Improving Your Management Thinking will Enhance Your Compensation Planning

Compensation design needs context. It grows out of a larger process of thinking about the business-- how it will innovate, who its primary competition is, how it will manage change, what kind of culture it needs to nurture, where it's customers want to "go" next, and so on. Without that broader framework in mind, its hard to see compensation--especially value sharing arrangements--as anything more than an expense to be managed and contained. Compensation is an investment not an expense and its allocation needs to be driven by the outcomes company leadership seeks to fulfill.

If that's the case, every business leader should ask himself what and whom is influencing his thinking. Is your thought process mostly reactionary? If so, what practices do you engage in to prevent it from remaining such? What are you reading? Who is offering you direction? What is the "well" you're drawing from to remain fresh and at the forefront of current trends and practices?

With those questions in mind, I'd like to offer four sources of thought leadership that I recommend to clients. You will often see me quote from these sources in my columns. Certainly, there are more than these that provide great information. However, these sources will expose you to many other "wells" of innovative thinking that will help you achieve success in leading your company.

The Harvard Business Journal

HBR provides current, relevant, in-depth insight into practices, case studies, research and the latest business management thinking globally. It will likewise lead you to individuals, books, technology, groups, associations and thought leadership sources that are having impact on the most successful businesses around the world. If you only receive the print edition of HBR, I would recommend you also become a member of its online edition. There you will find a number of other great resources such as blogs and videos that will expand your experience. As a starting point, check out HBR's list of the 50 most influential business management gurus. The list includes a host of reading recommendations by these thought leaders as well.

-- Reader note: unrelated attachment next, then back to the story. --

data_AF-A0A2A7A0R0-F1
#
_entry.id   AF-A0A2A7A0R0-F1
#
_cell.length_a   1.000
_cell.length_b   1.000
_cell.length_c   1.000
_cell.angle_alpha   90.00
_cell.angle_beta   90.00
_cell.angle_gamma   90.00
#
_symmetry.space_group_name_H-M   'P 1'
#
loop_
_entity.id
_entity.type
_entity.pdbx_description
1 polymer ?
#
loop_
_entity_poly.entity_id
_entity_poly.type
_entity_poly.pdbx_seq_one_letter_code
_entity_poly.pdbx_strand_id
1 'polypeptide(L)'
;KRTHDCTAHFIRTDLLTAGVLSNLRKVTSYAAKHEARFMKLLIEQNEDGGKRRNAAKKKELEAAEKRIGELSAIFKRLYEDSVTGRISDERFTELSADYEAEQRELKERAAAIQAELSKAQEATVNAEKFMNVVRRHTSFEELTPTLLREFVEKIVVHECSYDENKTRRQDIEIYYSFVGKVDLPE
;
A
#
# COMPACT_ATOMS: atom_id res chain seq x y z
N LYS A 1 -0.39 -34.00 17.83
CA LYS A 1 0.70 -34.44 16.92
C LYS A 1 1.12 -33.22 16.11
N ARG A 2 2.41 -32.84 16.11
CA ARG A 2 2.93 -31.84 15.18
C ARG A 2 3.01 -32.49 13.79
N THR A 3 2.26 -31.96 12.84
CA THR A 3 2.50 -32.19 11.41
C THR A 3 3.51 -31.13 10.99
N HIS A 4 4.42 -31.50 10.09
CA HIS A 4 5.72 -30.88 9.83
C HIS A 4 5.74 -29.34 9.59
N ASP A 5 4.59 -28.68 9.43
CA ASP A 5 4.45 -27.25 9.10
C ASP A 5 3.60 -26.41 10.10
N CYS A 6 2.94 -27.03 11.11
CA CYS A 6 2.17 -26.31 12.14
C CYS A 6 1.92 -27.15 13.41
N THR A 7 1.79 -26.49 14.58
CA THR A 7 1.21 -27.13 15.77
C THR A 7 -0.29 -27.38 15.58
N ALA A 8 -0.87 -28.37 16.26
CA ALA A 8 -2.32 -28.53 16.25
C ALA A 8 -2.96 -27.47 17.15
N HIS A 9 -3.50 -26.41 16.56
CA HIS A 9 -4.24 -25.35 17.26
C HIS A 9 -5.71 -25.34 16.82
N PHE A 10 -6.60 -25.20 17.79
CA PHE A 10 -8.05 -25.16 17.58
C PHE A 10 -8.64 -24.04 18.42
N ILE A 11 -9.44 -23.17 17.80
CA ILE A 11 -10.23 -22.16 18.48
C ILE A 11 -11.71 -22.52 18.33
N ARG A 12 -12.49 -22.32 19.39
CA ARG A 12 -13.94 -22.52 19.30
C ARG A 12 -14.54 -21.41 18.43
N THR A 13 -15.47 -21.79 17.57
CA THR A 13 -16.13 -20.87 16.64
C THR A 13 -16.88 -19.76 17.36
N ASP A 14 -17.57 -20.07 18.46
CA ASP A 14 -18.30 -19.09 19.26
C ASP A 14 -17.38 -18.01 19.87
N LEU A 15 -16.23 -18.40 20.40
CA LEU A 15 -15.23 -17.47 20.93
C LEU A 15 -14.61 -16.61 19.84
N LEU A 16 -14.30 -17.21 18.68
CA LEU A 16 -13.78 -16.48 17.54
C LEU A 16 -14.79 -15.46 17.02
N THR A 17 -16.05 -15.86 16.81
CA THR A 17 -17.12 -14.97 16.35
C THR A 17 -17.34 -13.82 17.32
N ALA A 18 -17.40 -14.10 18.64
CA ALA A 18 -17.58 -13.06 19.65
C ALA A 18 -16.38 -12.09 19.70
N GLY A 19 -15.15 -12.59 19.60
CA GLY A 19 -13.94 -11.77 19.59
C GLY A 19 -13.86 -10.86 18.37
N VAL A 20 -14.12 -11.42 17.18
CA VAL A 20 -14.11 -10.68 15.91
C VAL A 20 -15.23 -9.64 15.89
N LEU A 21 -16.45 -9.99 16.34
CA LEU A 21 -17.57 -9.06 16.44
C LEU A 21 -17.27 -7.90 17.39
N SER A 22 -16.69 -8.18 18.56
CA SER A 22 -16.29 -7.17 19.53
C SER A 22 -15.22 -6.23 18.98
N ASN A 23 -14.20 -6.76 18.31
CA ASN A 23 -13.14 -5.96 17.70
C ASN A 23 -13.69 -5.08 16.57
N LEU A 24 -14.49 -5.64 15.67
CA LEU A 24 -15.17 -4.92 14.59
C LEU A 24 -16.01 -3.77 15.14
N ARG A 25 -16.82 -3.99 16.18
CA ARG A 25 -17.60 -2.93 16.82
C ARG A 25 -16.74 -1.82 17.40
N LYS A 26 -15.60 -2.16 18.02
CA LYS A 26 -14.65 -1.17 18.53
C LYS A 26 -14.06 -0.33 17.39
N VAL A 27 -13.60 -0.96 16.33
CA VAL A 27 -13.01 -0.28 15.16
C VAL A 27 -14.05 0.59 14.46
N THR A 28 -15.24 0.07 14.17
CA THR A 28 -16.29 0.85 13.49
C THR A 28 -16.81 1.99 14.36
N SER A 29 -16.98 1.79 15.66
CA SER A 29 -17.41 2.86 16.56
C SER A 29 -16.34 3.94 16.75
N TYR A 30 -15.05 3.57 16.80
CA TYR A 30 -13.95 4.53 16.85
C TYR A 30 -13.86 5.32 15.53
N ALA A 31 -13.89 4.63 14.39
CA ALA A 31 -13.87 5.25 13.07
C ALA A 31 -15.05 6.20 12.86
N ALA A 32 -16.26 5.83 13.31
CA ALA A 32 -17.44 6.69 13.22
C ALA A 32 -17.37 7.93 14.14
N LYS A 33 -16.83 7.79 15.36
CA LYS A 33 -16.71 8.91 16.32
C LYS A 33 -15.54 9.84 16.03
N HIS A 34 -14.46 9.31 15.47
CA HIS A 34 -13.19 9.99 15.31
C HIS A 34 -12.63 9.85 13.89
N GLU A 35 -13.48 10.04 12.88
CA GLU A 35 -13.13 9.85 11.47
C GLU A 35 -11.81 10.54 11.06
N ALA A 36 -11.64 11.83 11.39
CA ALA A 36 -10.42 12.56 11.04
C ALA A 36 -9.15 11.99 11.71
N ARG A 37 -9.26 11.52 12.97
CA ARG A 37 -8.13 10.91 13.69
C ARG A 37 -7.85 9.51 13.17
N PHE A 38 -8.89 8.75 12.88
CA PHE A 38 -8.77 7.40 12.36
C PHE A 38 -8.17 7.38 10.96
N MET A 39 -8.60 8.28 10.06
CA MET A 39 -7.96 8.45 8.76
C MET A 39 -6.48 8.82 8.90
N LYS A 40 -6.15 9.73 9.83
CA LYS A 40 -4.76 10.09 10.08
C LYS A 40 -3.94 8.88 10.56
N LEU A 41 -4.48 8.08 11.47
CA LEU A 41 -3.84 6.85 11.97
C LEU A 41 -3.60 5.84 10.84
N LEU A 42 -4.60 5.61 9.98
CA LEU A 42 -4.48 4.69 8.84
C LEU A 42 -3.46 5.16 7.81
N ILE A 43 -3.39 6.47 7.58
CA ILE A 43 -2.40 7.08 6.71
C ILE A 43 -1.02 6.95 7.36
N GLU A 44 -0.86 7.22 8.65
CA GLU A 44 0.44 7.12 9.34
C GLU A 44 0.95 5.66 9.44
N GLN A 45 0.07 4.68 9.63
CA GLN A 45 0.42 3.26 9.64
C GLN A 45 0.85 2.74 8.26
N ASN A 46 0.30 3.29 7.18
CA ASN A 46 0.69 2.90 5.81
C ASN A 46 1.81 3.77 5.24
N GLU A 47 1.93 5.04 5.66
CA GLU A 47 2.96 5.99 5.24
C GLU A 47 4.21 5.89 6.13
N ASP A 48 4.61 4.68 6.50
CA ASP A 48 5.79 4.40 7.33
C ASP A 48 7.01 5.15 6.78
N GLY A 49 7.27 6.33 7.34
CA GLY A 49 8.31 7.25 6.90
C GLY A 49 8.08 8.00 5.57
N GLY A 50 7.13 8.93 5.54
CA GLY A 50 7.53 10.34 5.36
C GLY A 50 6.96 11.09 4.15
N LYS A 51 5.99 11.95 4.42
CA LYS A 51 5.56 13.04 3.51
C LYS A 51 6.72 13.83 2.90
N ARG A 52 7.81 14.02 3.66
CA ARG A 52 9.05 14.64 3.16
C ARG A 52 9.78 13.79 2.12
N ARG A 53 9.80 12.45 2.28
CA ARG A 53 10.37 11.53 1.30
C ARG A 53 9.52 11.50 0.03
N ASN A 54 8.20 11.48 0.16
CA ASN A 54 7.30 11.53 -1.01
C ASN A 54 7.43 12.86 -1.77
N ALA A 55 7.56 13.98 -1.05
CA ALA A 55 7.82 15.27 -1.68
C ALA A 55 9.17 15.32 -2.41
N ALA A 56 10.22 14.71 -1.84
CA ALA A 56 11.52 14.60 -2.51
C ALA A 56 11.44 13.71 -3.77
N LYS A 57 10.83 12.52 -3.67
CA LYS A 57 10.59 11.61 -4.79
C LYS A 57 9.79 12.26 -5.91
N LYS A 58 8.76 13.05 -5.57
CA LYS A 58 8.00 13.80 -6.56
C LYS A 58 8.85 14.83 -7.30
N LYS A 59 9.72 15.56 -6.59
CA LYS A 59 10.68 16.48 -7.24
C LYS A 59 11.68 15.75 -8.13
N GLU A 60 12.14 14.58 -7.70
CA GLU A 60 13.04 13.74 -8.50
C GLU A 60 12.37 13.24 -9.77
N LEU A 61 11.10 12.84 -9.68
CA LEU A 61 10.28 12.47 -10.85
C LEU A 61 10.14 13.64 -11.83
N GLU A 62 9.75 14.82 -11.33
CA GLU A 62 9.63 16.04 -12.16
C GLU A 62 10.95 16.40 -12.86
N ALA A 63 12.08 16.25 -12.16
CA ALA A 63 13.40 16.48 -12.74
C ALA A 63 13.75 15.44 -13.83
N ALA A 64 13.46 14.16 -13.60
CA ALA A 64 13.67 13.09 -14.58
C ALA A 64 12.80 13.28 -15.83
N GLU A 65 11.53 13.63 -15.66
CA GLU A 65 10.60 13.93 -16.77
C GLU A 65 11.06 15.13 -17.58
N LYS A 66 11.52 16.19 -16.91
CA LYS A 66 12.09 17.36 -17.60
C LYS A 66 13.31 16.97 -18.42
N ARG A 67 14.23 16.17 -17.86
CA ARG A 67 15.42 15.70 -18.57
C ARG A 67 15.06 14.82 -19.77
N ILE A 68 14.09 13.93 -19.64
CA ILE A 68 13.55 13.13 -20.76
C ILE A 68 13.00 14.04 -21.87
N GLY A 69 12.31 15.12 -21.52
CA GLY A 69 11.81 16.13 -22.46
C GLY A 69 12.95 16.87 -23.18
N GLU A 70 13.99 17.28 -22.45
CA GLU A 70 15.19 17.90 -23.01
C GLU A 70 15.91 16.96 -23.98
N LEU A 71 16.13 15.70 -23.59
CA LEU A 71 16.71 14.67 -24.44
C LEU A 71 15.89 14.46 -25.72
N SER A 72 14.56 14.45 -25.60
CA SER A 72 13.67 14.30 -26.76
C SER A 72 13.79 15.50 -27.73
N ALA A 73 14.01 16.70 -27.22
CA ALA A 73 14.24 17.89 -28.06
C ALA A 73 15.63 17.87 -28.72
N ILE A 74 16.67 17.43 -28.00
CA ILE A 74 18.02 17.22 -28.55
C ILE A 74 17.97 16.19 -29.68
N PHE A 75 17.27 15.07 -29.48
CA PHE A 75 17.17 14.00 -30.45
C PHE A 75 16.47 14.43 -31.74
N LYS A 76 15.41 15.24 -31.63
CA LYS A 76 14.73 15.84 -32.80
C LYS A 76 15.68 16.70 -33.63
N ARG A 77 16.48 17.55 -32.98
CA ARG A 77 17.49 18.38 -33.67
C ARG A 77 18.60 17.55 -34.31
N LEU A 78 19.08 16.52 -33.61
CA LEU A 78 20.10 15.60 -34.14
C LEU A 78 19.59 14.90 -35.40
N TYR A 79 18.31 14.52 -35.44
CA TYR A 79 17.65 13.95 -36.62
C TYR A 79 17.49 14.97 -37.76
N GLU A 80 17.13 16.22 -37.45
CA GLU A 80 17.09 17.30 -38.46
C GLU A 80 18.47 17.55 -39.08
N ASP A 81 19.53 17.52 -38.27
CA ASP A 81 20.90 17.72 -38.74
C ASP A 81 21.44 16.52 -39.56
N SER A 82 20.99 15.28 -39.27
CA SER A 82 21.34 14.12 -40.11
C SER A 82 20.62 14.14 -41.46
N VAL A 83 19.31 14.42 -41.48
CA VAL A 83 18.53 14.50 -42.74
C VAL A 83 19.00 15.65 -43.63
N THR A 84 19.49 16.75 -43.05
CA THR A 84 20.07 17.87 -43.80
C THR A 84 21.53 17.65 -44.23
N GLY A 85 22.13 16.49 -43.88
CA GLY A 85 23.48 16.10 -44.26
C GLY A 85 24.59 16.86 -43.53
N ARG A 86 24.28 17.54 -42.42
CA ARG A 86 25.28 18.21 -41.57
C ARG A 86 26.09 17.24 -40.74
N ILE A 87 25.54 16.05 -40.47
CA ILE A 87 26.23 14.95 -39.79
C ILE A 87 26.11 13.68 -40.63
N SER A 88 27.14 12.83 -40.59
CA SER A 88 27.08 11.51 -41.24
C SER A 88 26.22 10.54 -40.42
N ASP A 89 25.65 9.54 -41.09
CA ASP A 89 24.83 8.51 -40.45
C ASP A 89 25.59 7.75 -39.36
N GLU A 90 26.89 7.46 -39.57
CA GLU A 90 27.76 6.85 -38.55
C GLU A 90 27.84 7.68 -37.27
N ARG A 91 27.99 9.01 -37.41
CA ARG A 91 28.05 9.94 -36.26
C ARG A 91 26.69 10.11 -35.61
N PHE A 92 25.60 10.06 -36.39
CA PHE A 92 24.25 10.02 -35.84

Fast Company

I like this publication because it emphasizes thought leadership from business, technology, entertainment and the arts. It's focus on innovation is particularly helpful and allows you to see what's happening "right now," particularly in entrepreneurial oriented environments. Check out the publication's recent article on wunderkind Mark Zuckerberg.

Strategy + Business

This publication is put out both in print and online ( by Booz & Company, a leading global management consulting firm. This information this resource provides essentially for free is mind boggling. It's resources are deep and organized into categories that make it easy to find information that is relevant and current. Although it's target audience is larger, multi-national companies, the thought leadership it provides has application to businesses of just about any size and industry. For example, check out the article on How Aha! Really Happens.

Chief Executive Magazine

If you lead a company, you are likely already aware of this publication and probably subscribe. However, if you aren't likewise participating in the forums and conferences this organization sponsors, you are missing an opportunity to connect with chief executives from around the country that are trying to successfully navigate the very challenges and opportunities you also face. The publication can be accessed online ( or in print. Check out its recent article on The Limits of Monetary Incentives.

As indicated, certainly more resources could be added to that list. But these are some that I have found to be particularly useful in addressing issues that are relevant to what business leaders are facing today. Regardless of the source used, what's critical is that those who make decisions about pay ensure they are constantly exposing themselves to the best thinking; ideas that will help them achieve the "next" level in their company's progress. Doing so will lead to the development of rewards strategies that drive rather than hinder that success.


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